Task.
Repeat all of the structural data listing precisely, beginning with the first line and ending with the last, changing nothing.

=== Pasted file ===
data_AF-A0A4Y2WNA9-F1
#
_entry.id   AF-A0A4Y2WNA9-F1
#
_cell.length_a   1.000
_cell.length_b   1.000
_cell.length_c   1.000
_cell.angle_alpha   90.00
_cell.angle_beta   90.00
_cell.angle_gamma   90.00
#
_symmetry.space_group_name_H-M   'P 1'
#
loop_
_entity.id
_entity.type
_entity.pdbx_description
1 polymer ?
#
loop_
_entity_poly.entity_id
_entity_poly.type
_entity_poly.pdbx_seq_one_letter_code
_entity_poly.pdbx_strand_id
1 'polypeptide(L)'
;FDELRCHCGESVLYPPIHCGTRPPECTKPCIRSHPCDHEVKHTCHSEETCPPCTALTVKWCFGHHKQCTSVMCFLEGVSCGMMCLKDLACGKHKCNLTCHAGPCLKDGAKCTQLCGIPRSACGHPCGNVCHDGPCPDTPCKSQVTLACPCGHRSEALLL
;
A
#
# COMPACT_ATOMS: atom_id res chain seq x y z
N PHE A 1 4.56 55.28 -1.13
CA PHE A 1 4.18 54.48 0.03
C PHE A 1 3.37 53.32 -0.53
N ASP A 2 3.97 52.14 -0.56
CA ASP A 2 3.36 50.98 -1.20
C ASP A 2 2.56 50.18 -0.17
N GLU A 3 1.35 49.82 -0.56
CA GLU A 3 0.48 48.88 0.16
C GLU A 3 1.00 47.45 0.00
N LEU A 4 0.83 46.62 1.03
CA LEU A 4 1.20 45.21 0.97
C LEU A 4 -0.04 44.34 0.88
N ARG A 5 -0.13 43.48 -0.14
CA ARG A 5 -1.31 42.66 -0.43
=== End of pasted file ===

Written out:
data_AF-A0A4Y2WNA9-F1
#
_entry.id   AF-A0A4Y2WNA9-F1
#
_cell.length_a   1.000
_cell.length_b   1.000
_cell.length_c   1.000
_cell.angle_alpha   90.00
_cell.angle_beta   90.00
_cell.angle_gamma   90.00
#
_symmetry.space_group_name_H-M   'P 1'
#
loop_
_entity.id
_entity.type
_entity.pdbx_description
1 polymer ?
#
loop_
_entity_poly.entity_id
_entity_poly.type
_entity_poly.pdbx_seq_one_letter_code
_entity_poly.pdbx_strand_id
1 'polypeptide(L)'
;FDELRCHCGESVLYPPIHCGTRPPECTKPCIRSHPCDHEVKHTCHSEETCPPCTALTVKWCFGHHKQCTSVMCFLEGVSCGMMCLKDLACGKHKCNLTCHAGPCLKDGAKCTQLCGIPRSACGHPCGNVCHDGPCPDTPCKSQVTLACPCGHRSEALLL
;
A
#
# COMPACT_ATOMS: atom_id res chain seq x y z
N PHE A 1 4.56 55.28 -1.13
CA PHE A 1 4.18 54.48 0.03
C PHE A 1 3.37 53.32 -0.53
N ASP A 2 3.97 52.14 -0.56
CA ASP A 2 3.36 50.98 -1.20
C ASP A 2 2.56 50.18 -0.17
N GLU A 3 1.35 49.82 -0.56
CA GLU A 3 0.48 48.88 0.16
C GLU A 3 1.00 47.45 0.00
N LEU A 4 0.83 46.62 1.03
CA LEU A 4 1.20 45.21 0.97
C LEU A 4 -0.04 44.34 0.88
N ARG A 5 -0.13 43.48 -0.14
CA ARG A 5 -1.31 42.66 -0.43